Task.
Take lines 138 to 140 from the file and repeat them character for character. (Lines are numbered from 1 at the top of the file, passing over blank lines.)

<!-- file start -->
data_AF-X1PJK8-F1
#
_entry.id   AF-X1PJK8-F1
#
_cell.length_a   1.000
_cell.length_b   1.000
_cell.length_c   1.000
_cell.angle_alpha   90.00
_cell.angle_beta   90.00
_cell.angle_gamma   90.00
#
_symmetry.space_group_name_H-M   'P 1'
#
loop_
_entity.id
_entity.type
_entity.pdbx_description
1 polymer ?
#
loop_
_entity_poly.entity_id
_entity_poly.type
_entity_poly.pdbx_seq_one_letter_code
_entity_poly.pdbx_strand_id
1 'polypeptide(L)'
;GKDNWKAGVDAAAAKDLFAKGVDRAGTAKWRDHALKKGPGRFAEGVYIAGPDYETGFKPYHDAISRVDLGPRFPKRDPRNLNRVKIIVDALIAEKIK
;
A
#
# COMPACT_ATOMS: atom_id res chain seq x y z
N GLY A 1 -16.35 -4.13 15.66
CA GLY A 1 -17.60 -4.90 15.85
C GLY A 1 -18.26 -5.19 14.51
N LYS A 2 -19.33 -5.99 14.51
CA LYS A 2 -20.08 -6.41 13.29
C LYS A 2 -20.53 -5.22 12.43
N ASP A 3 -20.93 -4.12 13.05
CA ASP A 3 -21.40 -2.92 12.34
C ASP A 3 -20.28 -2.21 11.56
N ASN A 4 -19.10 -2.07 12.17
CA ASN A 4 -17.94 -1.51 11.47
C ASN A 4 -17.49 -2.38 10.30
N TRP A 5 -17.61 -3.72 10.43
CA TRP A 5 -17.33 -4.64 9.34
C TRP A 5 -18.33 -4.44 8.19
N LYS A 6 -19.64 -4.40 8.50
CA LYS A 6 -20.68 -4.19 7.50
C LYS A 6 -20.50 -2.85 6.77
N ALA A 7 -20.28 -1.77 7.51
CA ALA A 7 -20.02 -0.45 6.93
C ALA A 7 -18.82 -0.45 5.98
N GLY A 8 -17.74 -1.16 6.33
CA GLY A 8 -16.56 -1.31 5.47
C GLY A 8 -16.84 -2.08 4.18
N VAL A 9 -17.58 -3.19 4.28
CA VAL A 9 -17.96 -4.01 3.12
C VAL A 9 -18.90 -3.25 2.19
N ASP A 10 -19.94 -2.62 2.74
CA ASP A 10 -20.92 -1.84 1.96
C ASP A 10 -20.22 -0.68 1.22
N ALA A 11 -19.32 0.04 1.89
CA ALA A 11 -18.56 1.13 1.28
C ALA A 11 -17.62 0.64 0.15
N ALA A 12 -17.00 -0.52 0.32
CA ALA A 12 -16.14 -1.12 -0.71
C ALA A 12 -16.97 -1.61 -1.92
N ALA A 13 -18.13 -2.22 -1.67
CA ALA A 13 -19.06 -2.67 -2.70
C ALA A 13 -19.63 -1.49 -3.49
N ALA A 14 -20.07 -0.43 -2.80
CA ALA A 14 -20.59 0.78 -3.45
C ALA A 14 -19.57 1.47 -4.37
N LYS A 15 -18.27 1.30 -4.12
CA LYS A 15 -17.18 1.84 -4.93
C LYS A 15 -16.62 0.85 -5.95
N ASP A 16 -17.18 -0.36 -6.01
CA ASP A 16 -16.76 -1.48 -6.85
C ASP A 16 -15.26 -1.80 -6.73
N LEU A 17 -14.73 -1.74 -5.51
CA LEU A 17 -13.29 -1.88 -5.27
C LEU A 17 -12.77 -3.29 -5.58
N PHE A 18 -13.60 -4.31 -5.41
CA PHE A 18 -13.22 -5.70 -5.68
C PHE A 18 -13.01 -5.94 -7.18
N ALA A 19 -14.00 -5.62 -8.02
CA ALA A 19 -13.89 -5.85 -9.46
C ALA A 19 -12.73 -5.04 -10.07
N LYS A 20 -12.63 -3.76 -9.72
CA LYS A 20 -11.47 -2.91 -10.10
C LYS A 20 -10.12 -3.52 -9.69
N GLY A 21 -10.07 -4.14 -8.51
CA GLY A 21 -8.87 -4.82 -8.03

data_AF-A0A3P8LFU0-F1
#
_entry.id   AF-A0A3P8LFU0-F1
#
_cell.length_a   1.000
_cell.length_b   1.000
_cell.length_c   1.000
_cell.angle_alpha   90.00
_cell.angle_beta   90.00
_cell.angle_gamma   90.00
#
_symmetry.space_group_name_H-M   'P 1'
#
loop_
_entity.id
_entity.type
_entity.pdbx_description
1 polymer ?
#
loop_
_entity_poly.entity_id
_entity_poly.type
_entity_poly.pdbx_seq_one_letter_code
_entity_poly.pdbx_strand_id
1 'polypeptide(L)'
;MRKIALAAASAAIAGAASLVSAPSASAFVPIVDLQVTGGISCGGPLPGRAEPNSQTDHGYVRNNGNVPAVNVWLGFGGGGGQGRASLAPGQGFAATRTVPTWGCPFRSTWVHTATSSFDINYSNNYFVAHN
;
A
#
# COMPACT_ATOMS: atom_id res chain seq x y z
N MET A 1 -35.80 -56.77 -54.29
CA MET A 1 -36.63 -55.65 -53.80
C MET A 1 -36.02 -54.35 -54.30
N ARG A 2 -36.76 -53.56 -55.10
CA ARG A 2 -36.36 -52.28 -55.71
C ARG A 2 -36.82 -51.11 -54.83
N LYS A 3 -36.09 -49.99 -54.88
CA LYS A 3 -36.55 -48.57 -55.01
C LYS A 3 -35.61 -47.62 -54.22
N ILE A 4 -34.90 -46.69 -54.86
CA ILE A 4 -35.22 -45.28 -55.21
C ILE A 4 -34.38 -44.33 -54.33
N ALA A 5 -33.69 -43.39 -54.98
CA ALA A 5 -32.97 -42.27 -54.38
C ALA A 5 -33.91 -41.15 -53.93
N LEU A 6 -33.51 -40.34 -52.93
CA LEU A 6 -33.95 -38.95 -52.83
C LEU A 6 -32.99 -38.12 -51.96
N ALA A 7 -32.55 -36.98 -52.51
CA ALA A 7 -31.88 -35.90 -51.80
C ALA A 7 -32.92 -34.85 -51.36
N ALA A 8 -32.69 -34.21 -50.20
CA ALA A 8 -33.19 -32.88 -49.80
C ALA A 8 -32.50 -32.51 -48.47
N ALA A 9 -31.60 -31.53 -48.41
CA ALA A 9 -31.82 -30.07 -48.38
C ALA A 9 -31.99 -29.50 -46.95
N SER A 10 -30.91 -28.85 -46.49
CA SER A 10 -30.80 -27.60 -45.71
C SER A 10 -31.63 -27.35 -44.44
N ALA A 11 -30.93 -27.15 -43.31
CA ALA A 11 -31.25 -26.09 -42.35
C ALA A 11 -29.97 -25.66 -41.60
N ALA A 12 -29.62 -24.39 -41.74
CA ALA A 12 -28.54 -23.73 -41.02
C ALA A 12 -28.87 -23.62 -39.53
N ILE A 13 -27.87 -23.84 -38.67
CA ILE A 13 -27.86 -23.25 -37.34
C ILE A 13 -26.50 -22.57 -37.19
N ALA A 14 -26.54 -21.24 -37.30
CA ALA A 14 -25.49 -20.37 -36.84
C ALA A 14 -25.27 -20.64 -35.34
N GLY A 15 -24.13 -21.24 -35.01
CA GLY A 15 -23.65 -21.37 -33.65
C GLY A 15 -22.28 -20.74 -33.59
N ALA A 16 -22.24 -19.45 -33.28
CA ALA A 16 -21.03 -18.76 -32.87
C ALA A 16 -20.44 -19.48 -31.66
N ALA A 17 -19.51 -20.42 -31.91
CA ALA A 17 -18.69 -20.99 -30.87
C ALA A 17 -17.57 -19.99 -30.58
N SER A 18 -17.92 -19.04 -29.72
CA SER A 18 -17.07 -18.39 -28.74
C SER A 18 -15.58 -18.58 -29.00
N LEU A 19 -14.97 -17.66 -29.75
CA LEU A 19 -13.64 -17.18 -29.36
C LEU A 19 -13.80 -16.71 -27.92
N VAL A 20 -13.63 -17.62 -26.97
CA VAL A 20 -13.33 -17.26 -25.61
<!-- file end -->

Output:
N LEU A 6 -33.51 -40.34 -52.93
CA LEU A 6 -33.95 -38.95 -52.83
C LEU A 6 -32.99 -38.12 -51.96